Yesterday the Supreme Court ruled in Coeur Alaska, Inc. v. Southeast Alaska Conservation Council that the United States EPA and the Army Corps of Engineers could interpret the Clean Water Act to exempt water pollution sources from pollution control requirements if the pollution was accompanied by fill material. This legal feat was accomplished because the Clean Water Act divides jurisdiction between the Corps for “fill” material and the EPA for pollutants. This division ostensibly gives each agency control of its ...

Medical Device Safety: FDA Can't Do It Alone

by Matt Shudtz | June 22, 2009
While his colleagues (and former colleagues) jockey for the healthcare reform limelight, Rep. Frank Pallone is quietly busy making sure that, regardless of who pays for healthcare, the sick and injured will have safe and effective solutions to their problems. Last Thursday, Rep. Pallone held a hearing to assess FDA’s ability to properly oversee the medical device industry. The testimony outlined a troubling picture. GAO has been closely monitoring FDA’s medical device program for years. On Thursday, Marcia Crosse, the ...

The Heartland Institute's Shifting Statements

by Ben Somberg | June 19, 2009
Andrew Freedman of washingtonpost.com's Capital Weather Gang has a nifty catch: the Heartland Institute, the people cluttering up my newspaper this week with climate-change-denying ads, have officially changed tack on their lobbying policy. Back in March, the group told Freedman: "Our purpose is to bring scientists, economists, and policy experts together to address issues overlooked or ignored by the IPCC [the United Nations Intergovernmental Panel on Climate Change] .... If we really wanted to influence policy we would have held ...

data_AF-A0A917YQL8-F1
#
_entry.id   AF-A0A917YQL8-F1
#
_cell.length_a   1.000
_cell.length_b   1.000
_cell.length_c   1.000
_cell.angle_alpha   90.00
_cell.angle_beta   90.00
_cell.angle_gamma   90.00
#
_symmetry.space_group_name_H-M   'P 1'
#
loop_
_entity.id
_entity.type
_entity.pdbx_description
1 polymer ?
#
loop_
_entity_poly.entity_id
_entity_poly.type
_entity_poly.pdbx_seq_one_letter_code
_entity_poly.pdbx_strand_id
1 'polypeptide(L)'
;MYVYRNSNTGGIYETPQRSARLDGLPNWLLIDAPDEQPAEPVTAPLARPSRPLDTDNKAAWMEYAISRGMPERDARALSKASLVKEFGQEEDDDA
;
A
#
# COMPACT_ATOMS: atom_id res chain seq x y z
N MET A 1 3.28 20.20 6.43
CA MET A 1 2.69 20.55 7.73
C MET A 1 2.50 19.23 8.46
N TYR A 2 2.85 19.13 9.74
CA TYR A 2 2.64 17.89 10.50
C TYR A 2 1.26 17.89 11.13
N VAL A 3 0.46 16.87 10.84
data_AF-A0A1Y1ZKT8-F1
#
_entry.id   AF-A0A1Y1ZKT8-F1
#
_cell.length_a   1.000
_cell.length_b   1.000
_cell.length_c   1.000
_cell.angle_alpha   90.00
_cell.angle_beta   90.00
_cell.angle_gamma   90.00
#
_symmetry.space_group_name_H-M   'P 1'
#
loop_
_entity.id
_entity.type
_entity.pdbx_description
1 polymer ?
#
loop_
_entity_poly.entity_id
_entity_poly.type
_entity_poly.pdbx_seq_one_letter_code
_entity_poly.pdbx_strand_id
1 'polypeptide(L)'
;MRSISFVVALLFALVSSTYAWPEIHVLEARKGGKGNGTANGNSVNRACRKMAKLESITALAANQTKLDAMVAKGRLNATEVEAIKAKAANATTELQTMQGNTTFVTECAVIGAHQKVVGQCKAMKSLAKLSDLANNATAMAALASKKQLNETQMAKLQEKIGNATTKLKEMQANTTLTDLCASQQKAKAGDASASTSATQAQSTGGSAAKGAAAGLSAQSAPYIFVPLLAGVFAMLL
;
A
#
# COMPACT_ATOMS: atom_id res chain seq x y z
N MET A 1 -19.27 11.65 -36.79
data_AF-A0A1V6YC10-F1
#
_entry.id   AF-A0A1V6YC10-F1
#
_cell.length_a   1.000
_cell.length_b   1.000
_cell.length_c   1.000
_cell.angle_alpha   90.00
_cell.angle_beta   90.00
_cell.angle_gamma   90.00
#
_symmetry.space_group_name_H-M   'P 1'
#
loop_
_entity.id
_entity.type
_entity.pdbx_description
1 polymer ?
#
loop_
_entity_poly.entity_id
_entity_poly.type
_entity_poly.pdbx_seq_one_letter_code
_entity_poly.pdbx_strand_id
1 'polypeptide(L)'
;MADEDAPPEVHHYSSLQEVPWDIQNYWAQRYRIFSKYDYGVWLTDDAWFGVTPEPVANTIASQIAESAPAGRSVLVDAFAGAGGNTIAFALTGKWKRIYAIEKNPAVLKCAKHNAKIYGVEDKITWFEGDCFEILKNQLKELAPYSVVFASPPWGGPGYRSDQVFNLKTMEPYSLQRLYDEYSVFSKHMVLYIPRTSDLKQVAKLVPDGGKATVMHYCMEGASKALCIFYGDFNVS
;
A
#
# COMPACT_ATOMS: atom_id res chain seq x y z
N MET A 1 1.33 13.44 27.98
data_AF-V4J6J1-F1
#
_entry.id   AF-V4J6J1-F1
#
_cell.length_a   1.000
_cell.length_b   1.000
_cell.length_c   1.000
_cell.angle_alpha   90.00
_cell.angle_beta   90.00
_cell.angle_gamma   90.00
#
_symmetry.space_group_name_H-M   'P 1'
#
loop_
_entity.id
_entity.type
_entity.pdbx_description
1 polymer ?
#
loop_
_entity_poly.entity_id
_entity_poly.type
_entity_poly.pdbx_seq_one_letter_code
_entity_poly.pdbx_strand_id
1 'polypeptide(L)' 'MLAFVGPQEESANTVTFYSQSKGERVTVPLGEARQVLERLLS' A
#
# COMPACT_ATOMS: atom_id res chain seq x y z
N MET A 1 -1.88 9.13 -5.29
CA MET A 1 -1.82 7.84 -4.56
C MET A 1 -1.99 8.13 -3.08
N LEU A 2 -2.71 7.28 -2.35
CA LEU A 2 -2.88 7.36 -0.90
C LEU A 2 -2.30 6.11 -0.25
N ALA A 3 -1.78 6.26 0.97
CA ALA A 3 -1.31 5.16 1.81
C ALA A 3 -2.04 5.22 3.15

The End of the Exxon Valdez Legal Saga?

by Holly Doremus | June 19, 2009
Cross posted by permission from Legal Planet. Rick earlier posted about the 20th anniversary of the Exxon Valdez oil spill. This week, the Ninth Circuit may finally have brought the litigation that followed that spill to a close. You may recall that last year the U.S. Supreme Court heard Exxon’s challenge to the punitive damages award against it, which had been set by the Ninth Circuit (after two remands to the trial court) at $2.5 billion. An equally divided Court ...

Saving the Chesapeake Bay: Time to Hold the States Accountable

by Ben Somberg | June 18, 2009
Today CPR releases Reauthorizing the Chesapeake Bay Program: Exchanging Promises for Results (press release, full report). For years, the jurisdictions within the Chesapeake Bay watershed (the states and Washington D.C.) have essentially not faced consequences for failing to meet pollution-reduction targets. It's not surprising that the Chesapeake Bay has languished. What the new CPR report recommends is almost an obvious next step: the states should face consequences for not meeting goals. The report calls on Congress to empower the EPA ...

The Center for Progressive Reform

455 Massachusetts Ave., NW, #150-513
Washington, DC 20001
info@progressivereform.org
202.747.0698

© Center for Progressive Reform, 2015